Wednesday, July 17, 2013
The Carmelite Martyrs of Compiegne on the Son Rise Morning Show
Today I'll be on the Son Rise Morning Show at 6:45 a.m. Central/7:45 a.m. Eastern because this is the memorial (in France) of the Carmelite martyrs of Compiegne, victims of the Committee for Public Safety and French Revolution, executed in Paris in 1794. Brian Patrick and I will discuss the sacrificial martyrdom of these Carmelites, who swore to offer their deaths for the peace of France. The Catholic martyrs of the French Revolution are probably as little known as the martyrs of the English Reformation have been, although I hope I've made a dent in that ignorance. Many priests and nuns suffered torture, execution--and exile during the Reign of Terror.
The Carmelites' story also has a great connection to the English Reformation and the Dissolution of the Monasteries. The exiled French priests and nuns who fled the Civil Constitution of the Clergy and the dangers of the Terror provoked feelings of sympathy in England. The fact that they were allowed to practice their faith while English Catholics were not contributed to the Catholic Relief movement in Parliament. Among those exiles were actually English Benedictine nuns from Cambrai--they were English nuns in exile on the Continent who then founded a new monastery at Stanbrook Abbey. The foundress of the Cambrai house was none other than Helen More, the great-great-granddaughter of St. Thomas More. Her name in religion became Dame Gertrude More. The Benedictines of Our Lady of Comfort in Cambrai wore the secular clothing of the Carmelites on their journey "home". Stanbrook Abbey was the inspiration for Rumer Godden's novel, In This House of Brede, one of my favorite books. According to her New York Time's obituary:
To do research on ''In This House of Brede,'' Ms. Godden lived for three years near Stanbrook Abbey. Her experience with the nuns there contributed to her decision to convert to Roman Catholicism in 1968. In many of her stories and novels, Ms. Godden would write about the rewards and perils of the contemplative life.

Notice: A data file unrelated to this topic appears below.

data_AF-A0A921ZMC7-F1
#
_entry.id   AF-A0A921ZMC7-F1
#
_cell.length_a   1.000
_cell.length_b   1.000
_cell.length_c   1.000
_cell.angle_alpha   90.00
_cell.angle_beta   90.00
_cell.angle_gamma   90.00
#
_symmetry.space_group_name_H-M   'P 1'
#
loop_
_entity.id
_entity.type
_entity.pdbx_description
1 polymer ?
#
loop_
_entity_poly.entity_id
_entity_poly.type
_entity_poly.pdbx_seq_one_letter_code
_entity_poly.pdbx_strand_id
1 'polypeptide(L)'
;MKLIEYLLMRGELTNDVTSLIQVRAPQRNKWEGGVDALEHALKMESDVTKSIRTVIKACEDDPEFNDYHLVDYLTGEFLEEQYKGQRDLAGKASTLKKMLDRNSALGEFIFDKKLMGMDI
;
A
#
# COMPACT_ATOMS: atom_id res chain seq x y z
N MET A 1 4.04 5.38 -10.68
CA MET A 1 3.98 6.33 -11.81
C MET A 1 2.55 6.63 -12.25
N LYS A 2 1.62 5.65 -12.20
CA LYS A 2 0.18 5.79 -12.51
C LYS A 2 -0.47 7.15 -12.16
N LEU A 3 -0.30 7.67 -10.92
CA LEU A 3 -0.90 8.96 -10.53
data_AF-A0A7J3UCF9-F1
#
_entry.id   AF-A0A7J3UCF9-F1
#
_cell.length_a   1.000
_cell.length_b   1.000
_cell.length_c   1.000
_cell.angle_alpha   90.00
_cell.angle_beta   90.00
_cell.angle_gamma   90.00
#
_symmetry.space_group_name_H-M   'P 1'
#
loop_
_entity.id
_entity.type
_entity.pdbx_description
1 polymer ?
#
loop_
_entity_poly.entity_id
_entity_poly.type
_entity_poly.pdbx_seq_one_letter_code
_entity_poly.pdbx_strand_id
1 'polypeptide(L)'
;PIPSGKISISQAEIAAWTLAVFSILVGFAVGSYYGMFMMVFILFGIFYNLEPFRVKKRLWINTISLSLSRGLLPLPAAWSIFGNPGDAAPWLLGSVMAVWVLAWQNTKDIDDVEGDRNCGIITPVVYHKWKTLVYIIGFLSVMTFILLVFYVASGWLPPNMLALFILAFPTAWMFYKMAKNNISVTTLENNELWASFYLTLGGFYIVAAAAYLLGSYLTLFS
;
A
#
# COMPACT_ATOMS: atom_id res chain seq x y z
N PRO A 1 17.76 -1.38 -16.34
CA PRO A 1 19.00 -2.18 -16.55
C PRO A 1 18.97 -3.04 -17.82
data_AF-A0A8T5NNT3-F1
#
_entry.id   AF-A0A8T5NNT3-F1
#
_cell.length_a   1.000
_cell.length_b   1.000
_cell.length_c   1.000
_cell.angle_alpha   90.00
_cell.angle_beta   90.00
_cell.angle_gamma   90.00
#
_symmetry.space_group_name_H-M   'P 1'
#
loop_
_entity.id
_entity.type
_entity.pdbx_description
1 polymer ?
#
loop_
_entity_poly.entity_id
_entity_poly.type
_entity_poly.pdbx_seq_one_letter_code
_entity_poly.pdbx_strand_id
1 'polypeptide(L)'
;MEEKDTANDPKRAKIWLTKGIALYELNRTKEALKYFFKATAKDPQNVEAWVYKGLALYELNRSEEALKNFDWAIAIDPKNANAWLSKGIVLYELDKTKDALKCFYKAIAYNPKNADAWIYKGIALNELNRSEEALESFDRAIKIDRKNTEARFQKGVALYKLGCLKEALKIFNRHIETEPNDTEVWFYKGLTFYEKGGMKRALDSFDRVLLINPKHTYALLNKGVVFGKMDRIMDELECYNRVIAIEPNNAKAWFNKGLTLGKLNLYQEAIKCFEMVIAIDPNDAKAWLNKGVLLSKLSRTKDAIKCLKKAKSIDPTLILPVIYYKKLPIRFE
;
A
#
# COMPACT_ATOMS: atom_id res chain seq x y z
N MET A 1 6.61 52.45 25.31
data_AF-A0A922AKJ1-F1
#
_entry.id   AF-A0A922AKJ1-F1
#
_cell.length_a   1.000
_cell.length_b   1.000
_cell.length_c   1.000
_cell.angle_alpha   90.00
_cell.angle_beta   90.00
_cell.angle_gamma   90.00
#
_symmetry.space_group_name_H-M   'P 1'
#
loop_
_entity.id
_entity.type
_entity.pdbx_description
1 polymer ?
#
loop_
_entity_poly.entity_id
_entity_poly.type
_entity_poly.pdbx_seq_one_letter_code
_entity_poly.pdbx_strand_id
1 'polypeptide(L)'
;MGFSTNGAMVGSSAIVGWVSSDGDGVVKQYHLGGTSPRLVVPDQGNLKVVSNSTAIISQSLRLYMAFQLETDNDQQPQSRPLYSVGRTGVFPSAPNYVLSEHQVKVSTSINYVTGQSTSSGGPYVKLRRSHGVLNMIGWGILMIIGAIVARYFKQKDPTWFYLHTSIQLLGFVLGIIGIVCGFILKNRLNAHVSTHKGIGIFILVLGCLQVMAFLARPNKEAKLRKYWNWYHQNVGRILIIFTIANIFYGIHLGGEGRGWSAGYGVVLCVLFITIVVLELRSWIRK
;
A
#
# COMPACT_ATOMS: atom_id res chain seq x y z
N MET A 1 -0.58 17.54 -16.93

A couple of years ago, I went on a mini-pilgrimage in Paris to the site of the Blessed Carmelites' execution and then to the cemetery behind which their remains were dumped into mass graves: here are links to those posts: the site of execution and the chapel at Picpus, the cemetery grounds at Picpus, and the mass graves.
There were sixteen martyrs in all on July 17, 1794:
Mother Teresa of St. Augustine, prioress (Madeleine-Claudine Ledoine) b. 1752
Mother St. Louis, sub-prioress (Marie-Anne [or Antoinett] Brideau) b. 1752
Mother Henriette of Jesus, ex-prioress (Marie-Françoise Gabrielle de Croissy) b. 1745
Sister Mary of Jesus Crucified (Marie-Anne Piedcourt) b. 1715
Sister Charlotte of the Resurrection, ex-sub-prioress and sacristan (Anne-Marie-Madeleine Thouret) b. 1715
Sister Euphrasia of the Immaculate Conception (Marie-Claude Cyprienne) b. 1736
Sister Teresa of the Sacred Heart of Mary (Marie-Antoniette Hanisset) b. 1740
Sister Julie Louise of Jesus, widow (Rose-Chrétien de la Neuville) b. 1741
Sister Teresa of St. Ignatius (Marie-Gabrielle Trézel) b. 1743
Sister Mary-Henrietta of Providence (Anne Petras) b. 1760
Sister Constance, novice (Marie-Geneviève Meunier) b. 1765
Sister St. Martha (Marie Dufour) b. 1742
Sister Mary of the Holy Spirit (Angélique Roussel) b. 1742
Sister St. Francis Xavier (Julie Vérolot) b. 1764
Catherine Soiron b. 1742
Thérèse Soiron b. 1748
[Image Source: wikipedia commons--from the Carmel in Quidenham, Norfolk!]